Contains spoilers for aired episodes
The clue to this episode of Doctor Who is in the title: “Extremis” is expressly designed to push the series’ format to its limits. It’s outgoing showrunner Steven Moffat allowing himself once last burst of unrestrained fun, one final valedictory outing for the writer who has scrambled our brains time and again since he took over the show in 2010. As he says himself in the most recent edition of Doctor Who Magazine, “It was my last chance to bend this show to see how far you can go before it breaks. Forgive the indulgence.”
Whether you will forgive said indulgence or not depends on how much of a fan you are of the classic ‘timey-wimey’ Moffat style of writing. This is an episode that takes great delight in confounding and confusing the audience, just as Moffat regularly used to do in the likes of “The Impossible Astronaut”. You’ll be intrigued and irritated in turn, excited and exasperated almost at the same instant. Love it or hate it, the one thing you can’t be is indifferent.
I’ll certainly confess to being baffled by most of the episode, in which very little seems to be following any kind of logical narrative structure. Nor does Moffat exactly play fair with us, because even if you’re paying full attention it’s still absolutely impossible to work out what’s going on – at least not until the moment when Nardole (Matt Lucas) and Bill (Pearl Mackie) stumble across the portal hub, and Nardole discovers a certain lack of substance to his existence. After that things fall pretty quickly into place – fortunately, as there’s only about five minutes left to run at this point – and after all the teasing baffling build-up it has to be said that my reaction to the big reveal was: “Oh. Is that it?”
It’s not exactly an ‘it was all just a Bobby Ewing in the shower dream’ resolution because clearly “Extremis” is an important part of a major multiple episode storyline still in progress. In many ways, it’s unfair to opine on “Extremis” without also having seen the rest of the story. However the idea that we’re all living in a computer simulation and that we’re just bits of artificial intelligence programming rather than real people is a surprisingly hoary old philosophy and science fiction chestnut coming from someone like Moffat, who is usually so vibrantly original. The immediate precedent for the concept that comes to mind is The Matrix of course; however an in-show reference to Star Trek: The Next Generation’s holodeck directly links it to an Emmy-award winning story from that show, in which a holographic Professor Moriarty develops sentience and demands a life of his own in the real world. He’s unable to accept that if he steps outside the field of the holographic projectors he will simply cease to exist.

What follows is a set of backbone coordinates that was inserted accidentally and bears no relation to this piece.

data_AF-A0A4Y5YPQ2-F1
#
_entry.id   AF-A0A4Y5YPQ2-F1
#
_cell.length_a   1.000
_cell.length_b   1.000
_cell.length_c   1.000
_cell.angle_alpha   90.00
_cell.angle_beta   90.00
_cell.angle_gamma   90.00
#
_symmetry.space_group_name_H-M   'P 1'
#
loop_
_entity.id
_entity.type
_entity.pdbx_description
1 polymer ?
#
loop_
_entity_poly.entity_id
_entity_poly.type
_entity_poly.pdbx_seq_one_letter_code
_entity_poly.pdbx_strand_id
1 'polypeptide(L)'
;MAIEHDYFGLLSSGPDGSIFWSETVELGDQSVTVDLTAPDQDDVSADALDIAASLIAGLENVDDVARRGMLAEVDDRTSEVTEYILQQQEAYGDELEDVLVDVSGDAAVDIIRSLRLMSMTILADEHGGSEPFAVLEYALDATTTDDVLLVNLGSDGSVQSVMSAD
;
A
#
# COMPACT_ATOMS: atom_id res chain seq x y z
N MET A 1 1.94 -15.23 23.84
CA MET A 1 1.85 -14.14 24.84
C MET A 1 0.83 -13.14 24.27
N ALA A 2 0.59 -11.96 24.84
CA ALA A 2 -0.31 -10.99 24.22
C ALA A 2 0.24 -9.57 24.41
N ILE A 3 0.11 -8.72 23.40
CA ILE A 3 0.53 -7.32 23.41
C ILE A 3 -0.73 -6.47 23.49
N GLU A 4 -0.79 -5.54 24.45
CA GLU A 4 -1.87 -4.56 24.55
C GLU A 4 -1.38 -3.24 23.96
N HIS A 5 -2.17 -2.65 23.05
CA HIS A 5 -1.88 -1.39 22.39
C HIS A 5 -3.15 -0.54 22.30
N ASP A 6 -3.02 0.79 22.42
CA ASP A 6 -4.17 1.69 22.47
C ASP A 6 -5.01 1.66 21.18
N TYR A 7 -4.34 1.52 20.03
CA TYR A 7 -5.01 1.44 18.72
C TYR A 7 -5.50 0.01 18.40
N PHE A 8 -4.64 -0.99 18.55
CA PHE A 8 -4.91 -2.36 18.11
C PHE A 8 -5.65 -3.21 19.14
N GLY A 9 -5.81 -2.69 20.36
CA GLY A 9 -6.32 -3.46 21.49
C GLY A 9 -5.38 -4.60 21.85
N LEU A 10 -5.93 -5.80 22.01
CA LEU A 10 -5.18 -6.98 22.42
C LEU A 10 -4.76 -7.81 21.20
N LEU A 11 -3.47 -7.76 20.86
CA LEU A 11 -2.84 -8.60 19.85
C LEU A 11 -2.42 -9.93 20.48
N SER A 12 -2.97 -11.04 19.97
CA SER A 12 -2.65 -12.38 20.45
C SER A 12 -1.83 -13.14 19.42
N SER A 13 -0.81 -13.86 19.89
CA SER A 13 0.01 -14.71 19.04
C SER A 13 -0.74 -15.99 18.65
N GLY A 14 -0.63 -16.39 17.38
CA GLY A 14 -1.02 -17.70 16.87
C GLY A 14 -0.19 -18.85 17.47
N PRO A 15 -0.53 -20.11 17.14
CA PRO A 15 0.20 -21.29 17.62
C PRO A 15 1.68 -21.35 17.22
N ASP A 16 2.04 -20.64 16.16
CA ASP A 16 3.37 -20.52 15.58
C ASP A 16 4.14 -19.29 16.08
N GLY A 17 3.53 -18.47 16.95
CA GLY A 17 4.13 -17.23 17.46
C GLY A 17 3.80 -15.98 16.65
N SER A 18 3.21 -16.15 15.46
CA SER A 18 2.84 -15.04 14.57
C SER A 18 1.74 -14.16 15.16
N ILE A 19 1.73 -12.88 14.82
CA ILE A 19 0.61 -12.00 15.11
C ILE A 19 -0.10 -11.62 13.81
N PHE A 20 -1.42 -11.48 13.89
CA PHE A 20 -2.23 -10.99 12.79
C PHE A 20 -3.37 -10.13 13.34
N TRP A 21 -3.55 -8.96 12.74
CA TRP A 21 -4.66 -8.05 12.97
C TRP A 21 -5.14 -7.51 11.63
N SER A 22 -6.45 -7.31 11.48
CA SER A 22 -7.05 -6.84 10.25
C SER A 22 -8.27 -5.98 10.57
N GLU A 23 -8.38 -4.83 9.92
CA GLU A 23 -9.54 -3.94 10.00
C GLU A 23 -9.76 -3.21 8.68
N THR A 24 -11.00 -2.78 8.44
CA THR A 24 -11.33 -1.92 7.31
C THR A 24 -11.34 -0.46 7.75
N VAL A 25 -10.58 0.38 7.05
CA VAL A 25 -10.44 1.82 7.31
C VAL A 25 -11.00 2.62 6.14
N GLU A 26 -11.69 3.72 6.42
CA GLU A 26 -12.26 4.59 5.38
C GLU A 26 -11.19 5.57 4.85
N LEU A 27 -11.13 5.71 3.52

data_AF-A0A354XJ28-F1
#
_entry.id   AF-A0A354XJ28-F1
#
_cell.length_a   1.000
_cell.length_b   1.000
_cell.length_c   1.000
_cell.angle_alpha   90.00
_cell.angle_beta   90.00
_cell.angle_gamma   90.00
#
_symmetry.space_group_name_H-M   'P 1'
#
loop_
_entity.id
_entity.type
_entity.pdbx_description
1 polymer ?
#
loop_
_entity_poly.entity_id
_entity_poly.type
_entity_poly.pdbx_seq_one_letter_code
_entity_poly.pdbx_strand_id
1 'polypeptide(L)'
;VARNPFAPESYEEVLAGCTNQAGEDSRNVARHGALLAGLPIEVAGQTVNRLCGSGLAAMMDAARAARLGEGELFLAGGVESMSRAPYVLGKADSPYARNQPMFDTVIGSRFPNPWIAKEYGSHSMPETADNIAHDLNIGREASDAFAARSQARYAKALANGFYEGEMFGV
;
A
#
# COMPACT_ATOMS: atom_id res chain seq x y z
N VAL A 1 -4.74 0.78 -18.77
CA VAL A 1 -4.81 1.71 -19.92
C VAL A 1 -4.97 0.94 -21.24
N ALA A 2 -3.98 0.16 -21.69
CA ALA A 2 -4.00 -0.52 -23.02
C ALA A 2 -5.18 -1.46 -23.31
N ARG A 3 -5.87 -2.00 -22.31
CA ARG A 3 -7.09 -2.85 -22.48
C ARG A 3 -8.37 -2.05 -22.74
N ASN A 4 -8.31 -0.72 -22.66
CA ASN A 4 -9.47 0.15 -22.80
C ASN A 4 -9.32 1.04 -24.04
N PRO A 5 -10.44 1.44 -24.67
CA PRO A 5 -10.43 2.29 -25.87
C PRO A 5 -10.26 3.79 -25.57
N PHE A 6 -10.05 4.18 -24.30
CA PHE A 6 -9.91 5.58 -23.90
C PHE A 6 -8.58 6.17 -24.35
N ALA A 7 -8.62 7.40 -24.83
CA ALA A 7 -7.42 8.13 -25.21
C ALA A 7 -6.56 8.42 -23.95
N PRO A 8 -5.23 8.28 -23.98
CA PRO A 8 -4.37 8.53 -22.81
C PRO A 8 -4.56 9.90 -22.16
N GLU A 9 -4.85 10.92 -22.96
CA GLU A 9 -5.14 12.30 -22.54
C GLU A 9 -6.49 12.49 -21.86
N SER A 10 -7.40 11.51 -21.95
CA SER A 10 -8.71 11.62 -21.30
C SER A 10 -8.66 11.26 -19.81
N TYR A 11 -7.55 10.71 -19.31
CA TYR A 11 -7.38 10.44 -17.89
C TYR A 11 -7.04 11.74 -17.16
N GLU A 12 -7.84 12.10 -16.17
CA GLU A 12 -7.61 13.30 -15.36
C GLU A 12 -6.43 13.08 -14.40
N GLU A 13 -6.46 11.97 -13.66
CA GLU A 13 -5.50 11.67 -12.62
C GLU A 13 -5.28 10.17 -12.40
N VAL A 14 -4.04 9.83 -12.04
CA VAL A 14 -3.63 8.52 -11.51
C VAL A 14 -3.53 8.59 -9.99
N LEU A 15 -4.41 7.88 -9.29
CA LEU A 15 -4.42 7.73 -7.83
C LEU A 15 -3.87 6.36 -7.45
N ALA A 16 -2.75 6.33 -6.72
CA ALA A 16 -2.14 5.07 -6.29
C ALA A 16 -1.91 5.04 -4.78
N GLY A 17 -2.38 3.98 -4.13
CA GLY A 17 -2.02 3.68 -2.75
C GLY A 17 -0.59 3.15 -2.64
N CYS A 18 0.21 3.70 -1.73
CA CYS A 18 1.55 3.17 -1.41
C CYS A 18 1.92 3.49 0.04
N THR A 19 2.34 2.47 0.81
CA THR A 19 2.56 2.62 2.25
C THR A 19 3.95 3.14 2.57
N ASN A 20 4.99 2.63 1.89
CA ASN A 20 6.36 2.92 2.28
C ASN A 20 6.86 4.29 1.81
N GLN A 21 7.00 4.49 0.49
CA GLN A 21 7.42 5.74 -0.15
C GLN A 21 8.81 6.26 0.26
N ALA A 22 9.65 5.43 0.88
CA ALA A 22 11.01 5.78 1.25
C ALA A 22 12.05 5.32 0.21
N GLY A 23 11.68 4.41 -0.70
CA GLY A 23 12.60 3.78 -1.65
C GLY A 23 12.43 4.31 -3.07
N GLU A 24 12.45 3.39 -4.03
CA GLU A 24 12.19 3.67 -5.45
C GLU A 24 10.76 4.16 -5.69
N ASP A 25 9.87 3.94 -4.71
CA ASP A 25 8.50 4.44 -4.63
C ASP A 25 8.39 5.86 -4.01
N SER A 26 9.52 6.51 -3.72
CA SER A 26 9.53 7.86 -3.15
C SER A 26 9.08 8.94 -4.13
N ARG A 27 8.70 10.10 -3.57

If I’m honest, the main story came across like a bit of a ‘cut-and-shunt’ Frankenstein affair of three distinct parts: the virtual reality simulation of the real world is clearly the destination, but the starting-off point is the Ring-like notion of the document that causes the death of anyone who reads it. I’m not sure there is ever really a clear or satisfying pay-off for this eerie set-up. As is so often the case with a Moffat script, by the time we get to the big reveal he has already moved on to something completely different, and instead the moment is stolen by Nardole and Bill’s problems with random numbers and by Nardole literally falling apart before our very eyes. After that, the contents of the Veritas document become irrelevant, which is rather a shame and a waste of what had been a gripping premise. Then there is the matter of the portals-come-holographic-projectors which seem to try to forcefully cross-breed two different science fiction concepts, but with only partial success. Moffat has confirmed that he’s a fan of the hugely successful Portal computer game, and perhaps this has led him to try blending in something that doesn’t sit entirely comfortably among everything else that’s going on.
Despite the fact that “Extremis” continues season ten’s efforts to reinvent the show with a different energy and ethos, it’s also curiously full of call-backs and references to the show’s past. The idea of an extraterrestrial force setting up an elaborate simulation of the Earth to better plan its impending takeover is irresistibly close to 1970s tale “The Android Invasion” albeit with updated 21st century technology. The prime representatives of this alien invasion force, the Monks, equally feel like a tribute revival act of Moffat’s own Silents – not so much because of the writing as how they are photographed and choreographed. Whereas the Silents wore suits and had heads resembling melted plastic depictions of the subject of Edvard Münch’s The Scream, the Monks have swishing red robes and horrific desiccated faces closer to those of unwrapped Egyptian mummys. The way that the voices are out of sync with their mouths is particularly effective.